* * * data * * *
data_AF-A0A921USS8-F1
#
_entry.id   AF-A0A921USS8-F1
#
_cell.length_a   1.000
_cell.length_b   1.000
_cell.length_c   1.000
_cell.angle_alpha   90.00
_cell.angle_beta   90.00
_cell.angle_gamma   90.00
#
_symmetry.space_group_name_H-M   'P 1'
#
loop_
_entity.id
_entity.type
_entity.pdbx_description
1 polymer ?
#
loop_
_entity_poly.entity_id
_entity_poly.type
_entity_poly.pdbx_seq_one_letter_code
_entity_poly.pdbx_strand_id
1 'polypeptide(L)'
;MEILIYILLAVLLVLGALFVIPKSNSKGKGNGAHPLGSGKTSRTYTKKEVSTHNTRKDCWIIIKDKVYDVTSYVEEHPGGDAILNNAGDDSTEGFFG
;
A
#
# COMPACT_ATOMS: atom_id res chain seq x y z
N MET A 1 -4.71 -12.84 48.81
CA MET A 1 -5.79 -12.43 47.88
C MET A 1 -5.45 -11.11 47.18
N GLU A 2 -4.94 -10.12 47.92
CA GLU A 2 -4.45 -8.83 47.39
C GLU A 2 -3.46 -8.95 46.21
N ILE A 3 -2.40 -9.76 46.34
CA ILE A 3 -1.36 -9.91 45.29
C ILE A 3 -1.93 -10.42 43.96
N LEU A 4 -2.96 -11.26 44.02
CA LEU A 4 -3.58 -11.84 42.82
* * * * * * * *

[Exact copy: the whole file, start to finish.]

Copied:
data_AF-A0A921USS8-F1
#
_entry.id   AF-A0A921USS8-F1
#
_cell.length_a   1.000
_cell.length_b   1.000
_cell.length_c   1.000
_cell.angle_alpha   90.00
_cell.angle_beta   90.00
_cell.angle_gamma   90.00
#
_symmetry.space_group_name_H-M   'P 1'
#
loop_
_entity.id
_entity.type
_entity.pdbx_description
1 polymer ?
#
loop_
_entity_poly.entity_id
_entity_poly.type
_entity_poly.pdbx_seq_one_letter_code
_entity_poly.pdbx_strand_id
1 'polypeptide(L)'
;MEILIYILLAVLLVLGALFVIPKSNSKGKGNGAHPLGSGKTSRTYTKKEVSTHNTRKDCWIIIKDKVYDVTSYVEEHPGGDAILNNAGDDSTEGFFG
;
A
#
# COMPACT_ATOMS: atom_id res chain seq x y z
N MET A 1 -4.71 -12.84 48.81
CA MET A 1 -5.79 -12.43 47.88
C MET A 1 -5.45 -11.11 47.18
N GLU A 2 -4.94 -10.12 47.92
CA GLU A 2 -4.45 -8.83 47.39
C GLU A 2 -3.46 -8.95 46.21
N ILE A 3 -2.40 -9.76 46.34
CA ILE A 3 -1.36 -9.91 45.29
C ILE A 3 -1.93 -10.42 43.96
N LEU A 4 -2.96 -11.26 44.02
CA LEU A 4 -3.58 -11.84 42.82